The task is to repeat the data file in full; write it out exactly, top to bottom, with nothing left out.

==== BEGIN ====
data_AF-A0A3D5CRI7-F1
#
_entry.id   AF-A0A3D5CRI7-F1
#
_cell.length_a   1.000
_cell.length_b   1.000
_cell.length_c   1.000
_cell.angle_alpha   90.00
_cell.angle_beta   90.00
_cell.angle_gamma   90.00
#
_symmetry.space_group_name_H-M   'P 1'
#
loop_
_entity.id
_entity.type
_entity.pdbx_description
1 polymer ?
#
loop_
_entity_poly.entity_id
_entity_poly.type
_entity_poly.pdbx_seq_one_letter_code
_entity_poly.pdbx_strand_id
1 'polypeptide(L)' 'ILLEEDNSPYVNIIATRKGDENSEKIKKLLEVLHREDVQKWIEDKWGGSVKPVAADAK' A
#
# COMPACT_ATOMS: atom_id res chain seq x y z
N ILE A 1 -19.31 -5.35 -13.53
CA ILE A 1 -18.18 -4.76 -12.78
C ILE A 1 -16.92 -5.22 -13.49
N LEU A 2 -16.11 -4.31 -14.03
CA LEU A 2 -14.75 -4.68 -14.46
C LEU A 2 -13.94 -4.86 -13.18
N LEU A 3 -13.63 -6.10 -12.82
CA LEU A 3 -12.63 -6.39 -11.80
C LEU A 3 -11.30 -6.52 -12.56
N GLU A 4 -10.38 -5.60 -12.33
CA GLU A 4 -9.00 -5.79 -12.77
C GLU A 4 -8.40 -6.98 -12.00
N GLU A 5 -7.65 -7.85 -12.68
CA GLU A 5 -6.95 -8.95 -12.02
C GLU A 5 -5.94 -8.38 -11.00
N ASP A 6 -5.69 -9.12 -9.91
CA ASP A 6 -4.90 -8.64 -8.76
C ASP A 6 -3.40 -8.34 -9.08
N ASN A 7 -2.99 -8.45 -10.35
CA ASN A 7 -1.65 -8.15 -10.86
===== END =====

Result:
data_AF-A0A3D5CRI7-F1
#
_entry.id   AF-A0A3D5CRI7-F1
#
_cell.length_a   1.000
_cell.length_b   1.000
_cell.length_c   1.000
_cell.angle_alpha   90.00
_cell.angle_beta   90.00
_cell.angle_gamma   90.00
#
_symmetry.space_group_name_H-M   'P 1'
#
loop_
_entity.id
_entity.type
_entity.pdbx_description
1 polymer ?
#
loop_
_entity_poly.entity_id
_entity_poly.type
_entity_poly.pdbx_seq_one_letter_code
_entity_poly.pdbx_strand_id
1 'polypeptide(L)' 'ILLEEDNSPYVNIIATRKGDENSEKIKKLLEVLHREDVQKWIEDKWGGSVKPVAADAK' A
#
# COMPACT_ATOMS: atom_id res chain seq x y z
N ILE A 1 -19.31 -5.35 -13.53
CA ILE A 1 -18.18 -4.76 -12.78
C ILE A 1 -16.92 -5.22 -13.49
N LEU A 2 -16.11 -4.31 -14.03
CA LEU A 2 -14.75 -4.68 -14.46
C LEU A 2 -13.94 -4.86 -13.18
N LEU A 3 -13.63 -6.10 -12.82
CA LEU A 3 -12.63 -6.39 -11.80
C LEU A 3 -11.30 -6.52 -12.56
N GLU A 4 -10.38 -5.60 -12.33
CA GLU A 4 -9.00 -5.79 -12.77
C GLU A 4 -8.40 -6.98 -12.00
N GLU A 5 -7.65 -7.85 -12.68
CA GLU A 5 -6.95 -8.95 -12.02
C GLU A 5 -5.94 -8.38 -11.00
N ASP A 6 -5.69 -9.12 -9.91
CA ASP A 6 -4.90 -8.64 -8.76
C ASP A 6 -3.40 -8.34 -9.08
N ASN A 7 -2.99 -8.45 -10.35
CA ASN A 7 -1.65 -8.15 -10.86